The team also upgraded at tight end. The Packers rarely dabble in free agency but signed a whale of a pass-catcher in Martellus Bennett. His abilities as both a receiver and blocker will provide upgrades over Jared Cook.
While Green Bay's identity is built around its offense, it needed to improve on the other side of the ball. The Packers pass defense finished 31st last season. As a result, the team drafted Washington cornerback Kevin King, North Carolina State safety Josh Jones, Auburn defensive lineman Montravius Adams and Wisconsin linebacker Vince Biegel. Each will help all three levels of the defense.
Can a rookie quarterback push the Houston Texans from a lower-tier playoff team to Super Bowl contender? It's too early to assume Clemson's Deshaun Watson can be the missing piece to the Texans' playoff puzzle.
Yes, the organization made a bold move in trading up to acquire the national championship-winning signal-caller, but there will be an adjustment period. Texans head coach Bill O'Brien may even decide to start Tom Savage during the early portion of the 2016 campaign if he feels the rookie isn't ready to orchestrate his offense.
Thus, quarterback remains a big question mark until Watson assimilates to the pro game and assumes a leadership role within the team.
There's no denying the talent Houston put on the field around the quarterback position. It featured the league's No. 1 defense, and J.J. Watt is expected to be healthy this fall. Wide receiver DeAndre Hopkins and running back Lamar Miller are 1,000-yard producers. But the glaring hole behind center is concerning since the rest of the AFC South improved this offseason.
New general manager Chris Ballard put his stamp on the Indianapolis Colts in his first offseason. After the roster rotted around franchise quarterback Andrew Luck, the Colts needed to become younger and more athletic, particularly on defense, as they finished 30th in the league in 2016, surrendering 382 yards per game.
Veterans Mike Adams, D'Qwell Jackson and Erik Walden left, and Jabaal Sheard, John Simon and Johnathan Hankins arrived in free agency. Ballard then overhauled the secondary with the first- and second-round draft selections of Ohio State safety Malik Hooker and Florida cornerback Quincy Wilson. He added Ohio defensive end Tarell Basham in the third round for good measure.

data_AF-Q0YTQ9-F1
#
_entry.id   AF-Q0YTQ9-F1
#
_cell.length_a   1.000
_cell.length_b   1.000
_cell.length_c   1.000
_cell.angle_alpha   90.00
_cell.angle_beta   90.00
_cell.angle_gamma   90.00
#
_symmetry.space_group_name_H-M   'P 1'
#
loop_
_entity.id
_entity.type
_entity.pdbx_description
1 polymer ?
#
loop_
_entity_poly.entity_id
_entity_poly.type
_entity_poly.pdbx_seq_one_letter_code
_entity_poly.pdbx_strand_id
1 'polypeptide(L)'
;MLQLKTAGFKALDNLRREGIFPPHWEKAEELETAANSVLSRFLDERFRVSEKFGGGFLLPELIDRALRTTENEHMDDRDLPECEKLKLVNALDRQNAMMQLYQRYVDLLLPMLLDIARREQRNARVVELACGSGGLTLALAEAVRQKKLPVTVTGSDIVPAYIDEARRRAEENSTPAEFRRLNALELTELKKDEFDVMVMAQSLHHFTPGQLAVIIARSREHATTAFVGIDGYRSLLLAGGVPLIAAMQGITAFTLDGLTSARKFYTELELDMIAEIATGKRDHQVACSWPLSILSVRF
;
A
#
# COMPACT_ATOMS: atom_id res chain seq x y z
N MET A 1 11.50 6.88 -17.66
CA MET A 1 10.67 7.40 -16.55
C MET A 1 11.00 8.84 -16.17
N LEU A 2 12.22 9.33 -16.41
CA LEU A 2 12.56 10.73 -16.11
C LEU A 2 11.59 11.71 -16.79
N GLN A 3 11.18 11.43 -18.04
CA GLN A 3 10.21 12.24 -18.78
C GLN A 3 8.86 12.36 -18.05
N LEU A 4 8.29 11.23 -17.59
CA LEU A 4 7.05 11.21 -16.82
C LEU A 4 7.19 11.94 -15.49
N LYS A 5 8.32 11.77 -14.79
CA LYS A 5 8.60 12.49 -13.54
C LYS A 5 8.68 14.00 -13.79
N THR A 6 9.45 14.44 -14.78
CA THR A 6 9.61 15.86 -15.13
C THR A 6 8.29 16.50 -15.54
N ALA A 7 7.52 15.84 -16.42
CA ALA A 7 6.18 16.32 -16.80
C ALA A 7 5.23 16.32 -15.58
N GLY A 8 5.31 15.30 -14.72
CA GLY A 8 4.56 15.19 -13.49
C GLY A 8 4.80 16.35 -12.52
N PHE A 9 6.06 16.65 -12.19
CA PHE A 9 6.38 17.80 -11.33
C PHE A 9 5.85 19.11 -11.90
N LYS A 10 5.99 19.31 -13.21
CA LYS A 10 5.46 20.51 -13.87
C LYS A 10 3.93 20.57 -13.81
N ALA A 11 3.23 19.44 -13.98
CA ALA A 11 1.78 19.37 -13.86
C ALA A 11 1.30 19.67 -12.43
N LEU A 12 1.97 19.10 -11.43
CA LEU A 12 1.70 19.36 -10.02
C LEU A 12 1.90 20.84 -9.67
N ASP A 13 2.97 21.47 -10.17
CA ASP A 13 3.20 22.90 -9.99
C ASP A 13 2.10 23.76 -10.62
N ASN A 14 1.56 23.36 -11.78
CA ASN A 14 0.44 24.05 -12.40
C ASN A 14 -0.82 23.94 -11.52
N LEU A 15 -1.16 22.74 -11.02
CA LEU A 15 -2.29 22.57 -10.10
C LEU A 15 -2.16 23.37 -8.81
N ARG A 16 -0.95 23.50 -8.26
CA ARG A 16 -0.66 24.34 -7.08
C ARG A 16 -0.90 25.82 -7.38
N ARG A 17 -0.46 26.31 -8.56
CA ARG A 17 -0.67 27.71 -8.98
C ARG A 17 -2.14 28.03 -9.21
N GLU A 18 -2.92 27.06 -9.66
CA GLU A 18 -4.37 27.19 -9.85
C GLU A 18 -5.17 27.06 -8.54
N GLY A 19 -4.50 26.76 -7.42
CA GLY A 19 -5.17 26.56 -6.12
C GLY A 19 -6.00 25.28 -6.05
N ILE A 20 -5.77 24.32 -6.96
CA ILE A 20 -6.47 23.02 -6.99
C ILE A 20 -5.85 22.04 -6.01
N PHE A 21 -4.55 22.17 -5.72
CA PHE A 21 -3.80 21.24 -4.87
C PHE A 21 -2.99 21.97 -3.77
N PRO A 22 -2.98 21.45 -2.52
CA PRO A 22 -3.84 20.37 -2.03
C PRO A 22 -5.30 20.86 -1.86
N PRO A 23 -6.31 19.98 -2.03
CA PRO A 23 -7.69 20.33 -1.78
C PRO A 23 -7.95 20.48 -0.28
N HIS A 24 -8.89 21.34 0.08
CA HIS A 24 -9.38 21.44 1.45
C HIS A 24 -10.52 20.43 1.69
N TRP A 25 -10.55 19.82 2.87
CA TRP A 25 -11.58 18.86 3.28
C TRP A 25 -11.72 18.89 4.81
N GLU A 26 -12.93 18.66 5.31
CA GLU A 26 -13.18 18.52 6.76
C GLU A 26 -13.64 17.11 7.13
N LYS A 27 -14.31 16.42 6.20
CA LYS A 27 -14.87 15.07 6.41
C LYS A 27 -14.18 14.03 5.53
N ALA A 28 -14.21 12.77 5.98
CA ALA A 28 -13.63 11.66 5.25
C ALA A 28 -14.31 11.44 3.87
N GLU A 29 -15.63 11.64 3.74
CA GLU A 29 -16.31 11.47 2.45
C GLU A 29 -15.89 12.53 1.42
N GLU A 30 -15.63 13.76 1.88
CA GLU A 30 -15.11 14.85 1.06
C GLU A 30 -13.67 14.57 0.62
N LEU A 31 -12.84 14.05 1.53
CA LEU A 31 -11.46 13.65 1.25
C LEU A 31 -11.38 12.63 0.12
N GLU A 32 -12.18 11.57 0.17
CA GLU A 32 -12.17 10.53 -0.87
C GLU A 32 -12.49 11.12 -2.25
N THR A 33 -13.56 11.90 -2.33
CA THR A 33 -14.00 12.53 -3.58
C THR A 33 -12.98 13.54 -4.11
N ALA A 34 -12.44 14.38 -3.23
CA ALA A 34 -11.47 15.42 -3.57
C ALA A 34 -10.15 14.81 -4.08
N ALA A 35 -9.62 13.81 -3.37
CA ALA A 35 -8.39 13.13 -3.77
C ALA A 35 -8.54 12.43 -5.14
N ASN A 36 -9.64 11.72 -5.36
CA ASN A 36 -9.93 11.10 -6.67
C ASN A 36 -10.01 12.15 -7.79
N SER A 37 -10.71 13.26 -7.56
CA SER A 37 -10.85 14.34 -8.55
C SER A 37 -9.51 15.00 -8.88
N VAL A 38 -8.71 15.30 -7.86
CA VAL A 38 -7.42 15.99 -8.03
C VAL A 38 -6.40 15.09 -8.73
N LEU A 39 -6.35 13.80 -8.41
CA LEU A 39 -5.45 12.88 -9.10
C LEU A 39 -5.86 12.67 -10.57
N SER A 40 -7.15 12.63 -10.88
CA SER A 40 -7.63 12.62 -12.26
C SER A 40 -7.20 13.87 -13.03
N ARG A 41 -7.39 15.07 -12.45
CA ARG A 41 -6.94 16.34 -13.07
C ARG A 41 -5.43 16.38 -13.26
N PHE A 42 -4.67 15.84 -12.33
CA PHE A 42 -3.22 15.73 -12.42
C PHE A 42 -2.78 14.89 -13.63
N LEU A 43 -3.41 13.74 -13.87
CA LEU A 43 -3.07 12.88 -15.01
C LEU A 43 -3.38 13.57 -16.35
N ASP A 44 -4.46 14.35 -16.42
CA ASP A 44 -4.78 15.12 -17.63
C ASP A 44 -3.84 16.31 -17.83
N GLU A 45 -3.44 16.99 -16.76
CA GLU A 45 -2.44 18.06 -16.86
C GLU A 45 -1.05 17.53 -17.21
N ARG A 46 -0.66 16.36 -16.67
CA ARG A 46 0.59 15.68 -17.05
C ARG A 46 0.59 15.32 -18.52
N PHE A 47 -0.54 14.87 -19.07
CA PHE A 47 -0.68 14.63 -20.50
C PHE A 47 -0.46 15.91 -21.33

After just one offseason, far more playmaking ability can be found in the Indianapolis defense.
On offense, there are still concerns about the line and running game. Those two areas weren't addressed to the same level and could prove to be team's biggest problems this fall.
The Colts are better yet still suspect. Either way, this is Ballard's show.
Two days after the NFL draft, the Jacksonville Jaguars picked up the fifth-year option on Blake Bortles' rookie contract, per ESPN's Adam Schefter. The organization appears committed to making the 2014 third overall pick its franchise quarterback.
In order to put him in position to succeed, however, the rest of the roster needed to be addressed during free agency and the draft.
The Jaguars impressed in free agency for a second straight year, with the the majority of their signings coming on the defensive side of the ball. Jacksonville not only acquired a dominant front-line defender in Calais Campbell but the top cornerback available in A.J. Bouye as well. Those two added to a defense that already featured Malik Jackson, Jalen Ramsey and Telvin Smith.
During the draft, the Jags became a bigger and more physical offense with the first- and second-round selections of LSU running back Leonard Fournette and Alabama offensive tackle Cam Robinson. The offense has been soft in recent years. They will help provide a new direction, which should open up things for Bortles and a talented wide receiver corps.
Can it all come together quickly? That remains to be seen. Jacksonville has taken similar steps in the past without realizing its full potential.
Kansas City Chiefs
Last year's Kansas City Chiefs will be this season's, too. After a 12-4 campaign, there was little turnover. This approach can be viewed as both a positive and a negative.
Kansas City's biggest offseason decisions came when it chose to re-sign three-time All-Pro safety Eric Berry over two-time Pro Bowl nose tackle Dontari Poe, release the organization's all-time leading rusher in Jamaal Charles—who played in only eight games over the last two seasons because of injuries—and trade up in the first round of the draft to acquire Texas Tech quarterback Patrick Mahomes, who is expected to sit this season.